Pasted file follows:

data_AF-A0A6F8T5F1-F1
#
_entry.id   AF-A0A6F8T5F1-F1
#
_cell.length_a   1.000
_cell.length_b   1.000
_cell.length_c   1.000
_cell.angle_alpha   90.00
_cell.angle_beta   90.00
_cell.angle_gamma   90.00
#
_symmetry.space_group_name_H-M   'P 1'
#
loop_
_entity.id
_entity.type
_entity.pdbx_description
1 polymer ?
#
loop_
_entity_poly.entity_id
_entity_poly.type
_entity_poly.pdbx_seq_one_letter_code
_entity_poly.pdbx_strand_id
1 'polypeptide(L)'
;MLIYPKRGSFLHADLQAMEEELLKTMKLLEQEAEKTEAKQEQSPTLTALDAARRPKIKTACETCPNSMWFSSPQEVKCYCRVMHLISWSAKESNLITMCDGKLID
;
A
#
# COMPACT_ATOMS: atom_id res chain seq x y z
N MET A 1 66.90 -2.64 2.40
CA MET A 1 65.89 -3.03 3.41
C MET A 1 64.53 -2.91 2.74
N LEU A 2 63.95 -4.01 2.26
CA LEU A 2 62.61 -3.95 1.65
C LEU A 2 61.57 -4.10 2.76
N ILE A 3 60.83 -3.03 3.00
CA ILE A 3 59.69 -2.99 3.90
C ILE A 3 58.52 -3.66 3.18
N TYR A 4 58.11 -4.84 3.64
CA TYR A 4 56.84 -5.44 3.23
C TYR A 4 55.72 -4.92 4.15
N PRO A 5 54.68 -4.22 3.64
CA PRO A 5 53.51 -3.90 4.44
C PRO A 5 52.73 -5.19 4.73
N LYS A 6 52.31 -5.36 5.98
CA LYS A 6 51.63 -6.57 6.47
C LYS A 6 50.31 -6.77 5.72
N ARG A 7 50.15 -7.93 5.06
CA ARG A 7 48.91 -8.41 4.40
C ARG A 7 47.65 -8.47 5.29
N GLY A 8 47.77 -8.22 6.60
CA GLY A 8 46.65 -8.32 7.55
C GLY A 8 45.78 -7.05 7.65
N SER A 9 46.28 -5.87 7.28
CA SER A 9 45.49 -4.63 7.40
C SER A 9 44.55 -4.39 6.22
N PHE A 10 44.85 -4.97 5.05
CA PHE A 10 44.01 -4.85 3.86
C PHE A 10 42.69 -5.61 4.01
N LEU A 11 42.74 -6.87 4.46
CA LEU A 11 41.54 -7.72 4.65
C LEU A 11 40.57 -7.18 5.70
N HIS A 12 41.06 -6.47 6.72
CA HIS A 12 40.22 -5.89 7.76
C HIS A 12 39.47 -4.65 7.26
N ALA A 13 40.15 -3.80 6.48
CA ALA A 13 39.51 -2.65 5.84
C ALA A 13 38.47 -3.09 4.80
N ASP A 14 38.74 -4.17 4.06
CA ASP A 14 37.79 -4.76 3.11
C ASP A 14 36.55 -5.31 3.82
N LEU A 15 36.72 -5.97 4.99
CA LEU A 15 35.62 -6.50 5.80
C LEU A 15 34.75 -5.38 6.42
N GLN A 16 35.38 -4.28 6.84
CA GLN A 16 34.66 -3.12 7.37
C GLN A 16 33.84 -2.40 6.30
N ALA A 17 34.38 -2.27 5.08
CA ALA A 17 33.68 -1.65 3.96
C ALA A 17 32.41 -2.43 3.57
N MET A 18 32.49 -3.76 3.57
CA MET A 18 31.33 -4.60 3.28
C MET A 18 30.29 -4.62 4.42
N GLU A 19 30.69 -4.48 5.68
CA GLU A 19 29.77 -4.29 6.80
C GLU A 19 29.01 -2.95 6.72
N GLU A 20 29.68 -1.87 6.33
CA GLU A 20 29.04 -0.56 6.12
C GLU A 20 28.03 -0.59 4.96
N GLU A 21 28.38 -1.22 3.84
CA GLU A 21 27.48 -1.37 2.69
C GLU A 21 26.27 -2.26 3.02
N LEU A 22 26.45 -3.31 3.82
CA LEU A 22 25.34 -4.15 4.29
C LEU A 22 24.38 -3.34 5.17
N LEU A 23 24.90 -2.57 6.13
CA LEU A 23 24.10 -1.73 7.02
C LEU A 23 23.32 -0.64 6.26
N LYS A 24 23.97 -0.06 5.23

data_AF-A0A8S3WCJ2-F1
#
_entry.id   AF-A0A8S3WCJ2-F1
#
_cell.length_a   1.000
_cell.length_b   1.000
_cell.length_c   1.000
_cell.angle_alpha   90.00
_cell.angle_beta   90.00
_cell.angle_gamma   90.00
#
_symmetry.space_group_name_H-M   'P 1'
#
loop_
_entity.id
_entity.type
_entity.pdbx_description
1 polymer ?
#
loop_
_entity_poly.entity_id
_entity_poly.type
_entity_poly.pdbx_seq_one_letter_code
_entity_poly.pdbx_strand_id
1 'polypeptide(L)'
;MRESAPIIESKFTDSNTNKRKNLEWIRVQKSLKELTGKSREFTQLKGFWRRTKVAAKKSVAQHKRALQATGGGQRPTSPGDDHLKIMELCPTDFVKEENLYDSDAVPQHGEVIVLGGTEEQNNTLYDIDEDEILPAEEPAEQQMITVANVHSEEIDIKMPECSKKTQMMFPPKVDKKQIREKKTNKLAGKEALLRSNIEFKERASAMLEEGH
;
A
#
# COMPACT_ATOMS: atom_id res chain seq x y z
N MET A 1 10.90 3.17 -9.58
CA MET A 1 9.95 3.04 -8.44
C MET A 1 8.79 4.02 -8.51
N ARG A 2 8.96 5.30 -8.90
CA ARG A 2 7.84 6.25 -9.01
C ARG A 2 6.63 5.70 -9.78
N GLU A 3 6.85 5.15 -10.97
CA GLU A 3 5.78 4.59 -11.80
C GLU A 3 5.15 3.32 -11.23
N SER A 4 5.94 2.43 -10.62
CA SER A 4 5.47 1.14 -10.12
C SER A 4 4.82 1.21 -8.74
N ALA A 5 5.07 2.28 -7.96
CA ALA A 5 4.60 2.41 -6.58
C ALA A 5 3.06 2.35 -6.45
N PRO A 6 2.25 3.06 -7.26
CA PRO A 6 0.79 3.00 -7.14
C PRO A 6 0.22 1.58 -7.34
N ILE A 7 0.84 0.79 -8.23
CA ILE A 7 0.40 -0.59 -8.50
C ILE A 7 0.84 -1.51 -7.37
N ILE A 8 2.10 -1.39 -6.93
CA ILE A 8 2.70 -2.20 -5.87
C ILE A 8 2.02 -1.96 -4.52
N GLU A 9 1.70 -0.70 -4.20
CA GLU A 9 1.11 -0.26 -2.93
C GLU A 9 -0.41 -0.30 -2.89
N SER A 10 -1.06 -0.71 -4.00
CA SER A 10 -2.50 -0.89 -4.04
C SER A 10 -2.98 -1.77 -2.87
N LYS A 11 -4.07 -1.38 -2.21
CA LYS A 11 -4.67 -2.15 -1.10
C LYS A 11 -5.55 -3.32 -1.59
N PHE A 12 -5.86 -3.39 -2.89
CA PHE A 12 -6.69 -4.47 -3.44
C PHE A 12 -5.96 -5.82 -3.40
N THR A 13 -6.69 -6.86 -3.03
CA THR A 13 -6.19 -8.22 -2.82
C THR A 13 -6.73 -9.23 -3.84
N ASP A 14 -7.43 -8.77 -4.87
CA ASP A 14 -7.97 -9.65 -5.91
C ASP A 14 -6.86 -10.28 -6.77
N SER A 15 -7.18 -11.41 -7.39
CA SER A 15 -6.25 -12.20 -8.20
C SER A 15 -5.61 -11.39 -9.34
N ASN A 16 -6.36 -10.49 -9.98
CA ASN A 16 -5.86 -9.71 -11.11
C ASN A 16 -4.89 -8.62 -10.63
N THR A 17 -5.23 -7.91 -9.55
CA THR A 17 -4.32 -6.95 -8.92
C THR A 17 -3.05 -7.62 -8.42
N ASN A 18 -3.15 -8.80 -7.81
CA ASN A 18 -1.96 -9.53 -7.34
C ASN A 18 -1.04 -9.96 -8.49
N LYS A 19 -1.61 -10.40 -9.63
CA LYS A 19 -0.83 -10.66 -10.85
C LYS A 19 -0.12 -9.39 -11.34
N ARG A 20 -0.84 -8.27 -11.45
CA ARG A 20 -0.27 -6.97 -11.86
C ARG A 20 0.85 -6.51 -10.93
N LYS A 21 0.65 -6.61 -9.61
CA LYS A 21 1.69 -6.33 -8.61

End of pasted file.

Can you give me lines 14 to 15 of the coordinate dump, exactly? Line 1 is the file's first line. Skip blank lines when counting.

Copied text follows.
loop_
_entity.id